State of the Unit: Assistant Don Mahoney has his work cut out for him this fall, patching up an offensive line that lost three starters to graduation, including all-league C Jason Kelce. Last year’s squad struggled to support the rest of the offense in 2011, especially in pass protection. Yeah, there’ll still be a veteran feel at the top of the depth chart, but the backups will be painfully young, forcing them to grow up quickly or get displaced by incoming freshmen.

The anchor up front will be 6-7, 299-pound senior RT Alex Hoffman, an All-Big East guard two seasons ago. About to enter his third year as a starter, he’s one of the vocal leaders and one of the most physical players in the trenches. With a chance to impress NFL scouts with his versatility and improving technique, he’s poised to deliver his best year as a Bearcat.

After starting a couple of games at right tackle a year ago, 6-9, 300-pound junior Sean Hooey is working to take over the left tackle opening. He’s bulked up since arriving, yet still has the light feet and long arms to be an effective pass protector. He has to work on his technique, however, or else 6-6, 281-pound Eric Lefeld might start getting looks. Just a redshirt freshman, he has dramatically improved his strength since arriving as a skinny defensive end.

Looking for redemption following a rough season is 6-4, 285-pound senior Evan Davis , who’s slated to replace Kelce at center. He started the opener against Fresno State at left guard, got whipped, and then got benched for the balance of the year. He’s added some weight in the offseason which ought to help. He was bumped from the lineup last September by 6-1, 290-pound senior Randy Martinez, who went on to start the final 11 games. A former defensive lineman and prep wrestler, he uses his hands well and plays the game fast. Right guard will be decided between two sophomores, 6-5, 280-pound Austen Bujnoch and 6-6, 301-pound Andre Cureton , who lettered but didn’t start a game in 2010. Bujnoch had some injuries early in his career, but has added weight and has had a healthy offseason so far. Cureton has gone in the opposite direction, shedding more than 50 pounds over two years and getting in a position to compete for this opening.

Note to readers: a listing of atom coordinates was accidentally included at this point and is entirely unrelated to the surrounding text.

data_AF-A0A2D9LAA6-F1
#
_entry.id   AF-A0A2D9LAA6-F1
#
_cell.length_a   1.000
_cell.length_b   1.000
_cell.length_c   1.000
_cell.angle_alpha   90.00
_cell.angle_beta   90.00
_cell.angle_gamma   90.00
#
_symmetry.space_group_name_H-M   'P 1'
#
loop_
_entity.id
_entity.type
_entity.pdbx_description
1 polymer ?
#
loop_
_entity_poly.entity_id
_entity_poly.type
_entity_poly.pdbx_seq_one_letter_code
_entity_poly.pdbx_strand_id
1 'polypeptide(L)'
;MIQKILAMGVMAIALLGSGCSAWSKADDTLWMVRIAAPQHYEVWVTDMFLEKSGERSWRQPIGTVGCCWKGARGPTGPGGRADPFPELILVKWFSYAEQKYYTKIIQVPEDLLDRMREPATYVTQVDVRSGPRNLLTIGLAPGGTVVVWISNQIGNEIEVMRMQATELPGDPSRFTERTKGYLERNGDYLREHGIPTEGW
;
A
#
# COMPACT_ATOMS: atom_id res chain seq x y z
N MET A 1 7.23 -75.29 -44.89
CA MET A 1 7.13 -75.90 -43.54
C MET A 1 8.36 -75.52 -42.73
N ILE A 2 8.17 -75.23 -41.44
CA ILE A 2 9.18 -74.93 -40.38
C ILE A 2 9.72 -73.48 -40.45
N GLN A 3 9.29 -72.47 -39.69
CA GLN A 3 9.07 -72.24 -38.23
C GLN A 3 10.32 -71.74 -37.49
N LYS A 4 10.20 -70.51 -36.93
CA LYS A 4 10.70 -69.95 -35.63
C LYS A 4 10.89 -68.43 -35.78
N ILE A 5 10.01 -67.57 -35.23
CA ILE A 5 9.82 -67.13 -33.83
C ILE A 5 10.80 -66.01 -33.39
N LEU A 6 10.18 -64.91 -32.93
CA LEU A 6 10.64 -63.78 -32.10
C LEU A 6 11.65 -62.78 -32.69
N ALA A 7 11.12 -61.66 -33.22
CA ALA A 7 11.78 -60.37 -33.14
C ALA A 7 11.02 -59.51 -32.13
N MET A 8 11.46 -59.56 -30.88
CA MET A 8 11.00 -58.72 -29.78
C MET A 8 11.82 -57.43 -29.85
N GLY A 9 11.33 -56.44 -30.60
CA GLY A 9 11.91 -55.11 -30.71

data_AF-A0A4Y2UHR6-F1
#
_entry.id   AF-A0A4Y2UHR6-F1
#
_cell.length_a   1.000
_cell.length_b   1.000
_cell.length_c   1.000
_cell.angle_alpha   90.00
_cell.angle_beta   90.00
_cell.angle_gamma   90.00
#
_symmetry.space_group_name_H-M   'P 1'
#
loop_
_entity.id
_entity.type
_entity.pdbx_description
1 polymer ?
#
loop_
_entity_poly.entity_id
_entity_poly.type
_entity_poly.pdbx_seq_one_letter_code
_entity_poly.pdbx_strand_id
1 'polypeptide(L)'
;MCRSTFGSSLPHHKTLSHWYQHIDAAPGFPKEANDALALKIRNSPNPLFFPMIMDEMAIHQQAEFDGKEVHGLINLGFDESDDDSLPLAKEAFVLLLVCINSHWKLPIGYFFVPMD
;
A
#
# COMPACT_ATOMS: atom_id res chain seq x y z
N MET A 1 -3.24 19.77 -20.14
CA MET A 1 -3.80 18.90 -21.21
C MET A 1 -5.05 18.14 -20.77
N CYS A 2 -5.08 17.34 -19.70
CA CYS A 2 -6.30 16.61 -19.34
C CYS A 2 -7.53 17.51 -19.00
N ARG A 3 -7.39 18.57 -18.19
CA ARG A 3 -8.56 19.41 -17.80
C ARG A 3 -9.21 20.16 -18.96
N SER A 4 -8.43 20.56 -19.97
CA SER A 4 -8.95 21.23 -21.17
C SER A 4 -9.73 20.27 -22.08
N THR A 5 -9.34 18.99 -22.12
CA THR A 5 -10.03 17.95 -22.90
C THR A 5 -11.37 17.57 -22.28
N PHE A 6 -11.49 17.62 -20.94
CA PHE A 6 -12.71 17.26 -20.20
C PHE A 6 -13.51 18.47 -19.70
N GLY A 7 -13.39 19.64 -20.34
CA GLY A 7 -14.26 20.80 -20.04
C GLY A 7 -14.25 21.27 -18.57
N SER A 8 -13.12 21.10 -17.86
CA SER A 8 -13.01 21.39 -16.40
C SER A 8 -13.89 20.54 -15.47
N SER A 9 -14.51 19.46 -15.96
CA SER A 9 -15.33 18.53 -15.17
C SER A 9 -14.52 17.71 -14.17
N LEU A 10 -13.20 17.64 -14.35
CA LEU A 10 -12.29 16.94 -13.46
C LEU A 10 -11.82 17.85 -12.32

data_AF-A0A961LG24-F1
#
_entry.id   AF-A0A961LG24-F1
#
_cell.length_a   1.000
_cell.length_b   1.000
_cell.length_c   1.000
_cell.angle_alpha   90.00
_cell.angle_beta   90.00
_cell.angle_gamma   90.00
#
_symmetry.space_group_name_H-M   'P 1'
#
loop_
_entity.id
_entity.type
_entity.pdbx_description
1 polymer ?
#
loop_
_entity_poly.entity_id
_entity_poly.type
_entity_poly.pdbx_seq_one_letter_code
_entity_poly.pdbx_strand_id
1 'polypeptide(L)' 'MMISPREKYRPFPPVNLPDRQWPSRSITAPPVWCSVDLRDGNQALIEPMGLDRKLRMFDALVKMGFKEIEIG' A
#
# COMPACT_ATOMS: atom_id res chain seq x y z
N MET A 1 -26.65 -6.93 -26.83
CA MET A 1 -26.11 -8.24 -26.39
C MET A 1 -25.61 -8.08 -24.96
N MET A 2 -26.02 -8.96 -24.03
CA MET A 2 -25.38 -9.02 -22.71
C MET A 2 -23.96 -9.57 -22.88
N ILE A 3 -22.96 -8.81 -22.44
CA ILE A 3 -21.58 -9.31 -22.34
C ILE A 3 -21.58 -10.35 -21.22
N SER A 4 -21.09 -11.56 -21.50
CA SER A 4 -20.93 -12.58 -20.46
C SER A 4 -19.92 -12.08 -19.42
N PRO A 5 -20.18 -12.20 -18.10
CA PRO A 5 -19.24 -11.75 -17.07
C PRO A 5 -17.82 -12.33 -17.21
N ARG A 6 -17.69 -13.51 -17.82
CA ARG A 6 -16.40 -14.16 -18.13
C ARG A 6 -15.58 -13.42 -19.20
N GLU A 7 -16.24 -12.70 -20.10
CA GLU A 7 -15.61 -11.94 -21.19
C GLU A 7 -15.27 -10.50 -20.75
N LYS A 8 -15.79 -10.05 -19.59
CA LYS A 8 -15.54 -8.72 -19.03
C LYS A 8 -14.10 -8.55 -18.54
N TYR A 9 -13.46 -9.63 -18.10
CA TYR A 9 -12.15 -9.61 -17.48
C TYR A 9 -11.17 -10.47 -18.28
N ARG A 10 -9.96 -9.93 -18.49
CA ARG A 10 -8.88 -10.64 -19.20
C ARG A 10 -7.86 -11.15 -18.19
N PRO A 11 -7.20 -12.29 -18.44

Watch Out For .... Davis’ development at the pivot. Miscast as a starter last fall, he no longer has much margin for error. If he fails to hold up again in September, it’s going to cost the entire offense, especially now that he’s snapping the ball.
Strength: Run blocking. The Bearcats were deceptively strong here last season, opening gaping holes for Isaiah Pead to run through. A hard-working, blue-collar group, it latches on to opposing linemen, and allowed the Cincy running backs to average more than six yards a carry last season.
Weakness: Pass protection. Even with a fleet-footed veteran taking snaps, the ‘Cats still ranked 97th nationally in sacks allowed, yielding almost three a game. It’s a unit with heavy legs and average footwork, struggling to match the speed and explosiveness of athletic rush ends.
Outlook: On the inside of the offense, Cincinnati is a pedestrian group that’s going to have some problems in a league loaded with quality pass rushers. Hoffman is a cornerstone player and might continue his career on Sundays, but there aren’t enough like him. He’s surrounded by average blockers, who’ll need to step it up in a big way this fall.
Rating: 6.5

- 2011 Cincinnati Preview | 2011 Cincinnati Offense
- 2011 Cincinnati Defense | 2011 Cincinnati Depth Chart
- Cincinnati Previews  2010 | 2009 | 2008 | 2007 | 2006